With Joe Biden set to become President of the United States in only 32 days, Middle Eastern countries are making their positions known to his incoming administration. In spite of Donald Trump’s claims that he will not need to leave office on January 20, representatives of Egypt, Jordan and the Palestinian Authority met in Cairo to formulate a joint policy on the Middle East peace process.
Their respective foreign ministers released a statement calling on The U.S. to get Israel to accept the pre-1967 borders as the basis of a final settlement.
Meanwhile the Israeli government, for its part, is lobbying President Elect Biden not to resurrect the nuclear deal which President Obama signed with Iran four years ago and which President Trump basically reneged on.
One issue which Donald Trump supporters pointed to over the past four years with great pride was how different he was regarding America’s Middle East policies than his predecessor Barack Obama. President Trump not only renounced the previous administration’s deal with Iran, he took a much friendlier attitude towards Israel.
Where Israel supporters criticized President Obama for somehow being anti-Israel, President Trump recognized Jerusalem as Israel’s capital, recognized Israel’s right to annex parts of the West Bank and did not push the country to make more concessions to the Palestinians, let alone return to its pre-Six Day War borders.
The Palestinians have clearly been counting the days to the end of President Trump’s tenure in office, hoping that his replacement will be more amenable to their position in the whole Middle East conflict. But no matter who becomes president of the United States in the future it is doubtful that he, or she, would move the American embassy back to Tel Aviv from Jerusalem.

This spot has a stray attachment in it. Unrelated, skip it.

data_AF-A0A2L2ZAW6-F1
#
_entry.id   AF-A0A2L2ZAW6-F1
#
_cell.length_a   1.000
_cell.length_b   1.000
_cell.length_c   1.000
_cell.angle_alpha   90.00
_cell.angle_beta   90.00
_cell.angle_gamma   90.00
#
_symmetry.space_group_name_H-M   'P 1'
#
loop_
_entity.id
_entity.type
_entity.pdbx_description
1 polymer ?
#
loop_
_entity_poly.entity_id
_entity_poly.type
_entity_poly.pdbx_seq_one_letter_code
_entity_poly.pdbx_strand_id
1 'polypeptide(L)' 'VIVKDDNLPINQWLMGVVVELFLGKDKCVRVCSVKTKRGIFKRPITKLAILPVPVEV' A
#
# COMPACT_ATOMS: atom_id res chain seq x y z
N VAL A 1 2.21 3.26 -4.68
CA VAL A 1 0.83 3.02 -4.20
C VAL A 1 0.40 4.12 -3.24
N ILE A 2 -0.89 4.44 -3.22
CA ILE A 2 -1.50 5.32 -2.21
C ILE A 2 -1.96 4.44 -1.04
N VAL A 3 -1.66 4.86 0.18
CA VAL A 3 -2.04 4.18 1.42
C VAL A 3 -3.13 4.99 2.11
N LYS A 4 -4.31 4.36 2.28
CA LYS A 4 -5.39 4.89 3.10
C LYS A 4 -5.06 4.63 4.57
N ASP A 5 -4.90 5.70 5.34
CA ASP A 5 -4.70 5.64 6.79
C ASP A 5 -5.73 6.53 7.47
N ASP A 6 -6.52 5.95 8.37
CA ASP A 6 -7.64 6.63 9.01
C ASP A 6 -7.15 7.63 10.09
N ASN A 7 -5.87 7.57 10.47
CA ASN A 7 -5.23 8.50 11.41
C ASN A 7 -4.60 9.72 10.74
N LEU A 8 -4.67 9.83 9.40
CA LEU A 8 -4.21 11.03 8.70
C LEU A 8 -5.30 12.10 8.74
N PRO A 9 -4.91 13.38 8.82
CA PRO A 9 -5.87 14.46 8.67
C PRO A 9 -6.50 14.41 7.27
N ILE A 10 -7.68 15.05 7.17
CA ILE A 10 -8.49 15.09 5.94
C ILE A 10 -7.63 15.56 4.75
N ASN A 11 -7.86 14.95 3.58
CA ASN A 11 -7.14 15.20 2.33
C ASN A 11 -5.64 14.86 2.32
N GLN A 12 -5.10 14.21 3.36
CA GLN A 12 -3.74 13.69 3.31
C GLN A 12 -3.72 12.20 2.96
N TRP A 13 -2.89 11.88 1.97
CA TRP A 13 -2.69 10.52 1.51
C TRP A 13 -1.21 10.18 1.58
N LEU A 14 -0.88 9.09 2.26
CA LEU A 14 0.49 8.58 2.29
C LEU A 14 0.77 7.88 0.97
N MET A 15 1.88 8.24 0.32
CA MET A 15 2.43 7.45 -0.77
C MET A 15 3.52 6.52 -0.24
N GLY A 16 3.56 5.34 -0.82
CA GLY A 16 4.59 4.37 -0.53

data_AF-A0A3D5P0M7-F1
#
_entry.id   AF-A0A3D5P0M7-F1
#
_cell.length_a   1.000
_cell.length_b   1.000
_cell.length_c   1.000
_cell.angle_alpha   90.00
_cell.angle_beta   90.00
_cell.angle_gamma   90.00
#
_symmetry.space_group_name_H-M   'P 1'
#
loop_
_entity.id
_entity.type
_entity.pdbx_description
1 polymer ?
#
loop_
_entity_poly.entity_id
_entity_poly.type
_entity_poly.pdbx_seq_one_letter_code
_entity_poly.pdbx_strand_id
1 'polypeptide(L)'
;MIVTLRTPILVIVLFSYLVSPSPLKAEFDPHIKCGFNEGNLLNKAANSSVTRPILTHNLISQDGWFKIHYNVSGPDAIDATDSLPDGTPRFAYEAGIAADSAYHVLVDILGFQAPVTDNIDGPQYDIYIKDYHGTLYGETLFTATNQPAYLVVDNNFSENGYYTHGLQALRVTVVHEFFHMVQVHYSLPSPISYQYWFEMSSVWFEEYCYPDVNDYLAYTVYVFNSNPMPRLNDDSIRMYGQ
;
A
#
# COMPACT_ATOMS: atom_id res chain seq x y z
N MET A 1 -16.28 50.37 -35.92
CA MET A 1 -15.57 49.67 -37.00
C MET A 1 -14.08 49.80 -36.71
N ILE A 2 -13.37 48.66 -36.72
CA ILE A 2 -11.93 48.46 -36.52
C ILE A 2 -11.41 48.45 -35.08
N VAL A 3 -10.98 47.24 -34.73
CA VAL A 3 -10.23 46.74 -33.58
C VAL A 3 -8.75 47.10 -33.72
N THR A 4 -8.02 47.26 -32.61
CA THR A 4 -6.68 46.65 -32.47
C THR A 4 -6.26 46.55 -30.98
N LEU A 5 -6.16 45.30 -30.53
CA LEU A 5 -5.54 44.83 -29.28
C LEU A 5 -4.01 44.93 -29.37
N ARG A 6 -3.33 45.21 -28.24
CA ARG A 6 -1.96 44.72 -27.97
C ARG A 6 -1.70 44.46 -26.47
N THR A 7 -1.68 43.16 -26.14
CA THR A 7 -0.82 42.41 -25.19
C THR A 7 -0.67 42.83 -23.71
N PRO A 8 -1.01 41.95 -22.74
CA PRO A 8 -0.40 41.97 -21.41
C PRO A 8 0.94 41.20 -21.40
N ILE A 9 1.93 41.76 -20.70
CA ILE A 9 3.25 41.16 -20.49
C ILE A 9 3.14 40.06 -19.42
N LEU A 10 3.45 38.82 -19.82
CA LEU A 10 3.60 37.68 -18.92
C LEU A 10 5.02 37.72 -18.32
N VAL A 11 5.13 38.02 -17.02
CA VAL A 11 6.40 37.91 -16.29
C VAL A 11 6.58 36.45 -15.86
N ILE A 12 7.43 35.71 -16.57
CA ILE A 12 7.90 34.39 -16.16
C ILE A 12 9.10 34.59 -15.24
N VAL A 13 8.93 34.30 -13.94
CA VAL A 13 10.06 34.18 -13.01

Israel, however, backed down from plans to formally annex parts of the West Bank last summer. This was said to have been a condition of Bahrain and the United Arab Emirates for agreeing to formal peace deals with Israel. So when Joe Biden becomes the 46th President of the United States the option of forcing Israel out of the whole of the West Bank, including dismantling all of its settlements there, will still be an option on the table.
In an official statement the three foreign ministers from Jordan, Egypt and the P.A. called for a final peace agreement between Israel and the Palestinians to be based on UN resolution 234 which called on a return to the pre-1967 borders. On Jerusalem, they accused Israel of making “illegal” actions there and that, “Jerusalem’s status will be decided in negotiations and in accordance with international decisions. It is necessary to end the division and unity among Palestinians.”
Egyptian Foreign Minister Sameh Shukri said, “We discussed ways to bring about a just solution to the Palestinian issue. President al-Sisi’s hospitality reflects the importance he attaches to the Palestinian issue.”
Jordanian Foreign Minister Ayman Safdi was particularly critical of President Trump’s policies saying, “Negotiations must be based on international decisions. Peace is the choice. The strategy and the way forward is in a two-state solution that will guarantee the rights of the Palestinian people.”
Palestinian Foreign Minister Riyad al-Maliki of course claimed that Israel is the obstacle to peace saying, “Israel must be pressured to stop the illegal measures in the Palestinian territories. The annexation, the settlements, the isolation of Jerusalem and the annexation of the Jordan Valley are delaying the return to negotiations.”
Meanwhile, even Israel acknowledges that the Trump Administration was mistaken in dumping the Iranian nuclear deal called the Joint Comprehensive Plan of Action without any replacement. The Israeli government still maintains that it was a bad deal, however, and calls on President Elect Biden not to resurrect it.
But as Israeli daily Yediot Ahronot reports, Israel admits that dropping out of the original deal entirely removed any oversight which enabled Iran to further advance its nuclear aspirations. According to Israeli sources Iran now has modern centrifuges for uranium enrichment which work at a rate that is 6 to 8 times faster than the speed of its old centrifuges. In other words, during President Trump’s tenure Iran has made more, not less, progress in developing nuclear weapons.